Although the body undergoes vast and permanent hormonal changes during the menopause transition, postmenopausal women can still have an enjoyable and active sex life. Intimacy is a fundamental human need, and it’s easy to feel like the physical and emotional transitions brought about menopause can compromise that. The truth is, however, that while it may not be exactly how it was in your 20s or 30s, there are multiple ways to enjoy intimacy, with a few added hormone-related benefits.
Why Sex Life Changes after Menopause
Sex after Menopause
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The drastic reduction of estrogen that occurs in the years leading up to menopause can have a huge impact on both your sexual function and sex drive. These changes can:
- Lower desire
- Hinder Arousal
- Decrease vaginal elasticity and moisture
Increased vaginal dryness can make sex uncomfortable, even painful. More than a third of pre- and postmenopausal women report sexual difficulties, from low libido to trouble having orgasms. Later age can also be accompanied by injuries and chronic illness, which can adversely affect your energy levels, physical and emotional comfort, and sex drive.
The depression, anxiety, and mood changes that women face as a result of these hormonal shifts can further complicate intimacy and closeness, as can medications for high blood pressure and other associated symptoms. Work with your doctor to come up with a game plan to strike a balance between optimal health and preservation of quality of life.
Ways to Preserve Sex Life after Menopause
While it may take a bit more work than it prior to the menopausal transition, there are many ways you can preserve and even improve your sex in the postmenopausal period:
- Go for Quality over Quantity – Recognize and take advantage of periods of arousal. Though desire may not be as frequent as it was in the past, it can still be nurtured when it does. You and your partner may also find, however, that the focus of your intimacy shifts and that having less sex is perfectly ok with you.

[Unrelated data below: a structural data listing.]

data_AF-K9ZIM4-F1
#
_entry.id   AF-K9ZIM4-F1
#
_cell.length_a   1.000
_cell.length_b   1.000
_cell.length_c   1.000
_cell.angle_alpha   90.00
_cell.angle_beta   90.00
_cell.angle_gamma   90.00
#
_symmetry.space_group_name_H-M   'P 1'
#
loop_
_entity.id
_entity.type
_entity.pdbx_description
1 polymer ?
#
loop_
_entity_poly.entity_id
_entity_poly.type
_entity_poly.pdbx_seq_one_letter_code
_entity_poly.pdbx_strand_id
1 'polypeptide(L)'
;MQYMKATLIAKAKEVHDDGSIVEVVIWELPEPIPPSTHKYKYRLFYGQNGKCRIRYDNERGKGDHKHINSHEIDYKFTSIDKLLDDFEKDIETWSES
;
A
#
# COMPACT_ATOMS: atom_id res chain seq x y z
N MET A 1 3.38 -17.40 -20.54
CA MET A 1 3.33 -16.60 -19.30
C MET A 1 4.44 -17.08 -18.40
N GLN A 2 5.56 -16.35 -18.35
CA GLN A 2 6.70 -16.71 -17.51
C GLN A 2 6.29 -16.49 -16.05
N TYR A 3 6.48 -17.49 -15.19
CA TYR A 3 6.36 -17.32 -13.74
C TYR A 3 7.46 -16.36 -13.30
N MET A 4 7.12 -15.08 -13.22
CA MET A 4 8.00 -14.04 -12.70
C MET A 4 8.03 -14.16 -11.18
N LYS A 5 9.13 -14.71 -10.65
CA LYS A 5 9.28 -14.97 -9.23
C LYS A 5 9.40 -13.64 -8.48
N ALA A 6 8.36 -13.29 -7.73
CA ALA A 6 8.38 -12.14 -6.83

- Increasing Vaginal Moisture – If you and your partner want to continue having penetrative intercourse due to vaginal dryness, there are many lubricants, vaginal moisturizers, and even prescription medications available to help you increase moisture. Talk to your doctor about your options.
- Dealing with Declining Hormone Levels – Some studies indicate that hormone replacement therapy (HRT) can aid in libido over time, but the health risks may outweigh the benefits for older women. Talk to your doctor to determine if HRT is a viable option for you.
- Aiding Arousal – There are many immediate ways to increase sexual arousal in the moment. Massage oil that creates a sensation of warmth throughout the genital area is one way, as are devices like clitoral stimulators and vibrators.
- Pay Attention to Your Health – What you put into your body directly relates to what you get out of it. Excessive alcohol consumption can make it very difficult to achieve orgasm. Additionally, diseases that interfere with blood flow, such as kidney disease, high blood pressure, heart disease, and multiple sclerosis, can severely decrease sexual response. Talk to your doctor to figure out how to best navigate these issues.
- Communication Is Key – Be honest with your partner. Communicate with them about your needs and concerns and be open to experimentation. If you’re unpartnered, discuss your concerns with potential sexual partners at whatever level you’re comfortable with. Anxiety and awkwardness can kill arousal as quickly as anything else. Communication helps to deter these barriers.
One of the benefits of sex after menopause is that there are fewer barriers to enjoyment than in their reproductive years. Many women say that the postmenopausal freedom from worrying about getting pregnant or having to arrange their sex lives around their period makes it easier to usher in a phase of renewed romance and sexual intimacy.
To learn more about the changes that menopause brings and to stay empowered in your journey, download the Responsum for Menopause app today!